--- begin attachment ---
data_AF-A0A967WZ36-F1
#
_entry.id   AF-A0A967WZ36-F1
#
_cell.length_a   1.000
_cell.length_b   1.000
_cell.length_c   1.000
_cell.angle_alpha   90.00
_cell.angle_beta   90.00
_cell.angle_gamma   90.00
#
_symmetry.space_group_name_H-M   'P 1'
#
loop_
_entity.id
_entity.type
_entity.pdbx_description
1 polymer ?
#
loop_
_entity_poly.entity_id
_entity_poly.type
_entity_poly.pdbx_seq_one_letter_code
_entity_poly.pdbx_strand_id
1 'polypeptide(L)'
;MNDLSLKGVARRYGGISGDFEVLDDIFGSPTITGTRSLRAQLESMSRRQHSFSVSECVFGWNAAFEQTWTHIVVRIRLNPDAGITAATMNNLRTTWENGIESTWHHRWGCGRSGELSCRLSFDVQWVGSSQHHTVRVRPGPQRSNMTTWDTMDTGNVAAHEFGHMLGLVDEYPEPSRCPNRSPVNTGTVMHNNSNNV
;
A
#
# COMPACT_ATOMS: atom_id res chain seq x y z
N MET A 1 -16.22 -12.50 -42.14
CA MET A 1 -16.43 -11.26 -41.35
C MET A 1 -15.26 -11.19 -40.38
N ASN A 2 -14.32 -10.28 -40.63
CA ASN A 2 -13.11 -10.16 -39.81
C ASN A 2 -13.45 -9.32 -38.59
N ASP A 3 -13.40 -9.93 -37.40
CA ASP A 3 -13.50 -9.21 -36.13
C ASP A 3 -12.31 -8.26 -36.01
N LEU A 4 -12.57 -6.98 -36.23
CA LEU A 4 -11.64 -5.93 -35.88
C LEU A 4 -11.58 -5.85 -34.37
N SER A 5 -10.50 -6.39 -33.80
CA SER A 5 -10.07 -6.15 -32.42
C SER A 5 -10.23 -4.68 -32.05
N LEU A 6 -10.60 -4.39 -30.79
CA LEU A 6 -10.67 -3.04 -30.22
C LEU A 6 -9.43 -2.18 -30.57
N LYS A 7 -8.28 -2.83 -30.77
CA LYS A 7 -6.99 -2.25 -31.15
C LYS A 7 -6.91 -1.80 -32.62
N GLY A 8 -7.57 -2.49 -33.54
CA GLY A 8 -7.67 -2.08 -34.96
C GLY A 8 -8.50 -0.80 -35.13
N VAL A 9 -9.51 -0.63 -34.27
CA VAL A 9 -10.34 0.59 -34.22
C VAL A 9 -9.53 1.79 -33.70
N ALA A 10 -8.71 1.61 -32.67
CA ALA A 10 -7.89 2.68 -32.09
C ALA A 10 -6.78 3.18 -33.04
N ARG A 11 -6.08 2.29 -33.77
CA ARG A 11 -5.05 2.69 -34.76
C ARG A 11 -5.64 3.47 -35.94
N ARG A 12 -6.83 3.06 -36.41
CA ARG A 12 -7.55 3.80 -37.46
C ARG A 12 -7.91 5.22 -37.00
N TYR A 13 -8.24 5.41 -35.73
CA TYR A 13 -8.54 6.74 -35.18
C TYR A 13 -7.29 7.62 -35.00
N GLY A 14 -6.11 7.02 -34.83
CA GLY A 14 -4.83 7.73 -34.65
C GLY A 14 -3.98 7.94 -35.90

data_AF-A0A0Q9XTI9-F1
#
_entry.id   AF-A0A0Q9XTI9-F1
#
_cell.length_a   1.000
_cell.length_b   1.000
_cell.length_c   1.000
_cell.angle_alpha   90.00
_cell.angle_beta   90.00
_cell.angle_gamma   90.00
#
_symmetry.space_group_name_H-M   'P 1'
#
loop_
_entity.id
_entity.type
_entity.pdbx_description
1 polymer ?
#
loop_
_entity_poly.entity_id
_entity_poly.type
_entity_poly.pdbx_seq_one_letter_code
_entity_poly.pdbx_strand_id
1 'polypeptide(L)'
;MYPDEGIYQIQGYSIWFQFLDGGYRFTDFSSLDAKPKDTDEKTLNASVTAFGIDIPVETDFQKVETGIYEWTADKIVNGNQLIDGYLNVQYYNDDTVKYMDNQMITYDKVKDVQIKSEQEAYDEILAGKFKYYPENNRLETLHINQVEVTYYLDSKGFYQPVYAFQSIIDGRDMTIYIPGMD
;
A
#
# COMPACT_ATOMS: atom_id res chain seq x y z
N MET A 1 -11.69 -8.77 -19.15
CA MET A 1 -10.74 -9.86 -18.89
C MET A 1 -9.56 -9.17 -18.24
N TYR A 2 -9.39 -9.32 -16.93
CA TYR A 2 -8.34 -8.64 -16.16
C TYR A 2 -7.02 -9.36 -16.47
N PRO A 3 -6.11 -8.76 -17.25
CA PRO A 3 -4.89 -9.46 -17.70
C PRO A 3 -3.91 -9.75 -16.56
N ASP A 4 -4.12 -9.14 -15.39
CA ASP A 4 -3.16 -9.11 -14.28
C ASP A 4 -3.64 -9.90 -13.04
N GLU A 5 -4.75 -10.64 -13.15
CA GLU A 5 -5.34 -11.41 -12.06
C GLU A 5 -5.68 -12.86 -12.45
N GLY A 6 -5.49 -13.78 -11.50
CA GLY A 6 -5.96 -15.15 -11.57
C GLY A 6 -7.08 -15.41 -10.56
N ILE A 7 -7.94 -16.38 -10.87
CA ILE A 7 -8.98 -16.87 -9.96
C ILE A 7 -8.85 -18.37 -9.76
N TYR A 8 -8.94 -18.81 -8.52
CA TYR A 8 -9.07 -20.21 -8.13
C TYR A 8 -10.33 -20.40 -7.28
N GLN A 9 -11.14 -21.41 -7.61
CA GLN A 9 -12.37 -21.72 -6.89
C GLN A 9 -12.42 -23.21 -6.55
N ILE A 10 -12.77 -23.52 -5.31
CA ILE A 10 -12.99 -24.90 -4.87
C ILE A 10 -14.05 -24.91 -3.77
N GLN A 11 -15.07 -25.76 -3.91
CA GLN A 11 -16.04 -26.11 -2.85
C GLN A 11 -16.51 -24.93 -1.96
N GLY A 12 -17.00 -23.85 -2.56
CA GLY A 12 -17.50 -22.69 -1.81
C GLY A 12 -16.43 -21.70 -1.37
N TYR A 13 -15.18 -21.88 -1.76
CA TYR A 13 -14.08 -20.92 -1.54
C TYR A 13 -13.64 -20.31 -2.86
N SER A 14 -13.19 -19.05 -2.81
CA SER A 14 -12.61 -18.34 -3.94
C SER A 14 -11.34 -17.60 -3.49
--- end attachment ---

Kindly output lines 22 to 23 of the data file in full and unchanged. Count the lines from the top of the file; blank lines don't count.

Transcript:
_entity_poly.type
_entity_poly.pdbx_seq_one_letter_code